Sometimes you might even believe the probate court has its own language. To help you understand this “foreign language” I have compiled a list of frequently used terms in probate court.
Attorney Ad Litem
An attorney ad litem is an attorney appointed to represent the needs of an incapacitated individual or group. As it applies to a probate proceeding, a judge may appoint an attorney ad litem to represent the interests of a minor, a person who cannot be present, an unborn person, or an unknown heir. Although the terms guardian ad litem and attorney ad litem are often are used interchangeably, a guardian ad litem differs from an attorney ad litem in that the guardian ad litem sees to the best interests of the ward regardless of the wards wishes.
While the courts over the years have strayed away from using Latin words you will see in the probate court there are a few latin terms that are still commonly used. Ad litem in latin is “for the suit”.
Beneficiaries are those entitled to money, property or “benefits” in probate. These benefits may come from wills, trusts or the lineage of heirs as defined by the state when one dies without a will.
Beneficiaries may also be those who are intended to receive from a life insurance policy.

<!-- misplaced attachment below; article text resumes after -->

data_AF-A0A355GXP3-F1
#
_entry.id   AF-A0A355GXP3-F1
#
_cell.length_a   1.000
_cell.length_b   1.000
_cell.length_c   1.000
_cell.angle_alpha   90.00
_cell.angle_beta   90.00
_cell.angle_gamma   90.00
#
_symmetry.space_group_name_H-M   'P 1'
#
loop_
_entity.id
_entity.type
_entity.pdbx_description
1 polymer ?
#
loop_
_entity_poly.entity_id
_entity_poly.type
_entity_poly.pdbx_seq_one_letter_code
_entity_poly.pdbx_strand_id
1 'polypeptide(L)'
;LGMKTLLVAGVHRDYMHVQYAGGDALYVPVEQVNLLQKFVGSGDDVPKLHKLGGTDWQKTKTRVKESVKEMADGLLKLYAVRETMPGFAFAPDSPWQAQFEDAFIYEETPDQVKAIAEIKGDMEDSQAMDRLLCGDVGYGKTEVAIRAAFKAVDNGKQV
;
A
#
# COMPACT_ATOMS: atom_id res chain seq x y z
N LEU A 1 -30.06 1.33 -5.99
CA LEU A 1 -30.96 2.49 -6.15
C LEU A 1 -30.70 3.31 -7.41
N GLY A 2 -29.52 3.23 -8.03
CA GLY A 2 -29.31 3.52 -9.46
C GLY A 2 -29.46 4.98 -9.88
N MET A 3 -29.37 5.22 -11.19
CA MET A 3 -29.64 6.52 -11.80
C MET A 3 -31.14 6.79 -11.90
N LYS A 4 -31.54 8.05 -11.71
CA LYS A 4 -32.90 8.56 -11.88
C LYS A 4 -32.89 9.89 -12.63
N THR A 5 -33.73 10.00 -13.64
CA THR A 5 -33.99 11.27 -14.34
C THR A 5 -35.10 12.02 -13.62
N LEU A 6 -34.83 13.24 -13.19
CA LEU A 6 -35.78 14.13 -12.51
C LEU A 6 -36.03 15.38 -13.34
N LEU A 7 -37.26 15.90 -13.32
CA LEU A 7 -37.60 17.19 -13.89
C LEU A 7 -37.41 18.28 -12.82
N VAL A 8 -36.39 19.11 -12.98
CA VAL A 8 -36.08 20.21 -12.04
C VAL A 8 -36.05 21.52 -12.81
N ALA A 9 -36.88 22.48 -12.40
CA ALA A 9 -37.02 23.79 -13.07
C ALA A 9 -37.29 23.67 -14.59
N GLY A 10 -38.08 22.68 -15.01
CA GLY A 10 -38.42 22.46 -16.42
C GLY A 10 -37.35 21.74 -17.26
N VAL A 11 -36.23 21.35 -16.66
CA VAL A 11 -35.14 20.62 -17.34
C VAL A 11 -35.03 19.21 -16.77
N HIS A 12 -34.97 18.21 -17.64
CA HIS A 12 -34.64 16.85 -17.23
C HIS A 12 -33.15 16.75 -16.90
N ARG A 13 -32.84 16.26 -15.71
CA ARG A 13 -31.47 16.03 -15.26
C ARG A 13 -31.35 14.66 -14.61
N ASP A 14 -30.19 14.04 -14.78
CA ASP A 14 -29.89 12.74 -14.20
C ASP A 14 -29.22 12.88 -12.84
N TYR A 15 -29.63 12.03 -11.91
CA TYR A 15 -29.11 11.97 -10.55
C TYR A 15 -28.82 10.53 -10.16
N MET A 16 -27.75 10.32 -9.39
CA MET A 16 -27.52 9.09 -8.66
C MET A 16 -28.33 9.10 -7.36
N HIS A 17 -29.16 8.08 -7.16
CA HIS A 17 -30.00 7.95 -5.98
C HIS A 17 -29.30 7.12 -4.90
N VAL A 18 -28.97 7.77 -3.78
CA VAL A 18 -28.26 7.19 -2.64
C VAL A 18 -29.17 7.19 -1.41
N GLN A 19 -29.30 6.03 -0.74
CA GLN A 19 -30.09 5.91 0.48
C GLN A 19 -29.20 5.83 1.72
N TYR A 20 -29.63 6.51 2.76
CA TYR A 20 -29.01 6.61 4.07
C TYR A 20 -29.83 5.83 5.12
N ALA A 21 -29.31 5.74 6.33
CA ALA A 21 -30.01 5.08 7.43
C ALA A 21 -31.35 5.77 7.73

An executor is the legal representative of the estate. An executor can be either male or female. An executrix (as cool as it sounds ) is the feminine version of the word. The term executor is closely related to an Administrator of the Estate. An executor and administer have same duties, the difference being that an executor is named in a will while an administrator is named by the court when there is no will or when the named executor in a will cannot or will not serve.
A guardian is someone who is appointed to look after the affairs of someone who can’t handle their own affairs. A guardian can be a guardian of the person, a guardian of the estate or both. A guardian of the person handles all the personal affairs of the ward such as deciding where they live, where they can go, and who provides their medical care. A guardian of the estate handles the financial matters of the ward. This would include paying bills, investing and buying and selling property. The extent of which both a guardian of the person and a guardian of the estate are allowed to make decision for the ward is decided by the court.
A guardianship is when someone (a guardian) is appointed by the court to handle the affairs of someone (a ward) who is for some reason unable to do so for themselves.